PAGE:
And I’ll be like, Hey, that’s a great race. There’s no shame in what you just did.

[00:14:14] Jonathan Lee: Yeah. Yeah. So it’s being objective about the performance itself rather than just the goal. There’s more to learn from a goal being set and a goal being achieved or not than just simply whether it was achieved or not. Yeah.

[00:14:27] Jim Miller: You know, just like. You meet people who want to win everything right. And they’re unhappy if they win. And I’m just like, that’s just banter. The end of the day. It’s mean this is the most humbling sport in the world. You, you literally train 50 weeks for two good weeks that are, that are phenomenal. Uh, you win three races a year and you’re like, that was a good year.

Uh, right. So it’s like, it’s, it’s inconceivable to think you’re going to win every race. So you have to say, okay, on this day, this is the best race we can do. And if is the best we can do, then that’s a good race, but there’s going to be a time when first is the best we can do and not getting. Is a bad race.

Yeah. It’s all in perspective. And where you’re at in what you’re trying to accomplish. If you want to win an Olympic medal, you, you, can’t also set a goal of, of being a world champion six weeks before that, or four weeks before that, because the form isn’t going to line up for the second goal. So you have to be realistic.

Like if that’s the thing I want, that’s what motivates me. I’m willing to sacrifice everything else for that. Including a world championship this for six weeks before. Yeah. And fourth place at that world championship might signal you’re on track for that ultimate goal. Um, and that’s not failing. That’s just the goal you set,

[00:15:51] Jonathan Lee: it’s a unique sport in that regard, right?

Yeah. Yeah. Absolutely. Even at the amateur level, the same thing is just faced on a different scale, uh, for all of us as well.

[00:15:59] Jim Miller: Yeah. And if you tell me you want to be consistent, I’m like, okay, uh, that’s a great goal. If you’re consistently fifth place and let’s just take non bike racing, for example, your fifth place behind.

Keegan Levin’s Riley, uh, maybe Luke Cole, Stephen, the bowels, the guys like this, if you’re always fifth place amongst that group, that’s actually really, really good. You’re you’re a very good bike racer. Uh, and that’s a great goal. That’s a great, those are great performances. You didn’t win, but they’re nonetheless they’re great performances.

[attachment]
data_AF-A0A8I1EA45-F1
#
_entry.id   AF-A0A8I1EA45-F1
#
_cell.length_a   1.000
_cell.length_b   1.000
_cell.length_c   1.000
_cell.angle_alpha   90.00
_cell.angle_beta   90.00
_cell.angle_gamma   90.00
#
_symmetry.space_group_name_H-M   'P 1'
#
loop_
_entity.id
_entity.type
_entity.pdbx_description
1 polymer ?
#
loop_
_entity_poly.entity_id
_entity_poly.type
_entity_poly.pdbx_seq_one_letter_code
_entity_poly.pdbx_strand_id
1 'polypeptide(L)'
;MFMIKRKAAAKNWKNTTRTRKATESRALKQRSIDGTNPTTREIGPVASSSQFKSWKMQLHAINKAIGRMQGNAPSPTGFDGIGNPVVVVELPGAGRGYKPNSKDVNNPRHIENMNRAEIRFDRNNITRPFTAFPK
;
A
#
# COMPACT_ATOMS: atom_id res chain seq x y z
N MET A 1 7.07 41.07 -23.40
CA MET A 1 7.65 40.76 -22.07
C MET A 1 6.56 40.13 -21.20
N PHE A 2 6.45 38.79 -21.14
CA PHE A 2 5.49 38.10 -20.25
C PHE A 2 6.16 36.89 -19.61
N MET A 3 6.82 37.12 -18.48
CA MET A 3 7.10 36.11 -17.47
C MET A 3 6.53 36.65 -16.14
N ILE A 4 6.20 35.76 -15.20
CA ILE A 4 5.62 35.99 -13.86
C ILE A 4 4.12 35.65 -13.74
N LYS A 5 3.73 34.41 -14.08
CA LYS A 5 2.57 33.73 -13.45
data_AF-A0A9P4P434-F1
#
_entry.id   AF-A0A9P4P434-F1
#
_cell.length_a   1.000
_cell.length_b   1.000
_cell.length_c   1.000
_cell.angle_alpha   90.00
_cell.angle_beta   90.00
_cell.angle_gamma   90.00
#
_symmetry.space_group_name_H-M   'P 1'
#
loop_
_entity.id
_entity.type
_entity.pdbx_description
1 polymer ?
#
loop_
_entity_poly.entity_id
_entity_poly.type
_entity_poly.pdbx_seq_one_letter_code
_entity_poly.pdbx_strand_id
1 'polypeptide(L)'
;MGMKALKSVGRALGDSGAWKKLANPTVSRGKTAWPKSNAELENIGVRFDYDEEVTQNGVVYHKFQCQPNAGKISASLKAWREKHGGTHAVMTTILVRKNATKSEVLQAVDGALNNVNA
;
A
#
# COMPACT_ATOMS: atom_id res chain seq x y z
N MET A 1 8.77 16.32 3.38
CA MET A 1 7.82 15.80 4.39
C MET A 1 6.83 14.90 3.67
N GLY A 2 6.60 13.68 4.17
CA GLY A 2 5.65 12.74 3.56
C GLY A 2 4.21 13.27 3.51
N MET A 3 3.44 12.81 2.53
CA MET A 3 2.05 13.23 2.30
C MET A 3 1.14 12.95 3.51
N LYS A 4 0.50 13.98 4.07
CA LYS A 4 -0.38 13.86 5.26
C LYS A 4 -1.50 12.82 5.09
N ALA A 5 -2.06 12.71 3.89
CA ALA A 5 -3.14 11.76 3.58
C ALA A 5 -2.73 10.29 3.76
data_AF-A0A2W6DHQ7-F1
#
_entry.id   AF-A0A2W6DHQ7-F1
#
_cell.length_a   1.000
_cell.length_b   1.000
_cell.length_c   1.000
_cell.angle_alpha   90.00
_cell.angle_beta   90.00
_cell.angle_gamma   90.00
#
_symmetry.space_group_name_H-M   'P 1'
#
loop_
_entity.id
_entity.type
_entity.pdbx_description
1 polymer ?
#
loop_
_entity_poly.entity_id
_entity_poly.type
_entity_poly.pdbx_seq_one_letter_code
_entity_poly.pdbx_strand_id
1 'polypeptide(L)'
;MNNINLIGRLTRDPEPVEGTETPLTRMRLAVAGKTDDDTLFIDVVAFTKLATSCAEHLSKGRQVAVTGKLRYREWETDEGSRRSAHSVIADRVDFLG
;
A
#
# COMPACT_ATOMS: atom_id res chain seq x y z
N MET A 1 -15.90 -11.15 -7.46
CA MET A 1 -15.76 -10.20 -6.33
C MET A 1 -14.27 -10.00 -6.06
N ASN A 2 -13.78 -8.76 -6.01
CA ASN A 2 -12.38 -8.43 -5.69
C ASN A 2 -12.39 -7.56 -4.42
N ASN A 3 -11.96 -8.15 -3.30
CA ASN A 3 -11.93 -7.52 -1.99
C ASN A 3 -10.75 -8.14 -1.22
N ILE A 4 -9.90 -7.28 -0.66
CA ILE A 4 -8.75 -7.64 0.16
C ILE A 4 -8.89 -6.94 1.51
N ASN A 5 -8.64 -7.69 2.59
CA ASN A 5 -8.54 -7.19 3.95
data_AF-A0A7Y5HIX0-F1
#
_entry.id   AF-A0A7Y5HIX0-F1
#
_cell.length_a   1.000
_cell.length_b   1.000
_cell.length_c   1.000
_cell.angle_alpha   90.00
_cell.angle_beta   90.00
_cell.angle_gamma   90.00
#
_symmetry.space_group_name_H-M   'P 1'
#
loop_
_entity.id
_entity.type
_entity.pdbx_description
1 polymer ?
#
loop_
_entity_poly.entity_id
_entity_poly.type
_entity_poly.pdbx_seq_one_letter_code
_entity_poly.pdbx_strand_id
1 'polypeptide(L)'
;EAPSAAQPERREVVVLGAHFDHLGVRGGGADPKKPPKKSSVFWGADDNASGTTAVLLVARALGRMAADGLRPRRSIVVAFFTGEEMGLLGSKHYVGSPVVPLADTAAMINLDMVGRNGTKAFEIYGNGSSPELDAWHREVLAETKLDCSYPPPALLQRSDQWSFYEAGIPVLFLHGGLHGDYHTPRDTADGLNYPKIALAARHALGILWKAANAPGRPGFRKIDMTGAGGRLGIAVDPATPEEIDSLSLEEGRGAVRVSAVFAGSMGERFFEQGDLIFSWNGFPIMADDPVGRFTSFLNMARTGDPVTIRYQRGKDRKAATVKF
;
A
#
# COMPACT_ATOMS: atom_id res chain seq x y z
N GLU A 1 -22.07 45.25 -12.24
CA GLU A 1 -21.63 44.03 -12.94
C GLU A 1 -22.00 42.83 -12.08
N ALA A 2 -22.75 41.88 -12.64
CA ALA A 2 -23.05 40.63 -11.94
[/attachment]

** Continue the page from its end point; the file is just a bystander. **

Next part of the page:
Yeah. So for me, that’s, that’s where goal setting has to be really clear what you’re trying to accomplish. Because you can’t come to me after you didn’t win that world championship for six weeks before the Olympics and say, well, I’ve been disappointed. My worlds. They’re like, well, if we go back to the goals, the goals were at the Olympics, not the world.

Right? Exactly. And I think that the same thing happens with anybody that coaches anybody at any level, you have to have the few things that you’re going to try to accomplish. And then there are things you have to give up to accomplish those. And if you give up something to accomplish something that you felt was important, then you can’t come back to the things that you gave up and said, yeah, but I wasn’t very good here.

It’s like, well, yeah, of course not. I mean, that, wasn’t what we were trying to do,

[00:17:26] Jonathan Lee: right. Exactly. Yeah. Yeah. You can’t let that, we talk a lot about race prioritization, right. And not letting it be, become an ASC, become a B that sort of a thing. Certainly not a C become an a yes. You have to stay. Uh, it, speaking of, of things kind of getting in the way and changing, I want to talk about the training aspect and a common thing that all of us athletes that are not professionals, experiences, life getting in the way of training.

What do, are there certain habits or traits of the successful athletes that you coach? Because they are also not immune from this life gets in the way as well. Uh, contrary to popular belief. What do they do when life intervenes and gets in the way of their training?

[00:18:07] Jim Miller: Um, I mean life is life and it happens to everybody.

Uh, for me, I started taking a big picture to it and no single day of training is, is going to make or break you. Uh, if you missed an LT session today, uh, threshold session. Well a week from now, it’s not going to have made you any better or worse, so just let it go and move on and we’ll reschedule. Um, what we’ll change plans.

There’s nothing for me. That’s so set in stone that, that you can’t amend it and change it and move on. Uh, I think, I think if I think of a characteristic, which you’re, you’re getting at, uh, I think in high-performers or successful. People athletes, businessmen, you know, whatever it is that, that you’re a high-performer ad.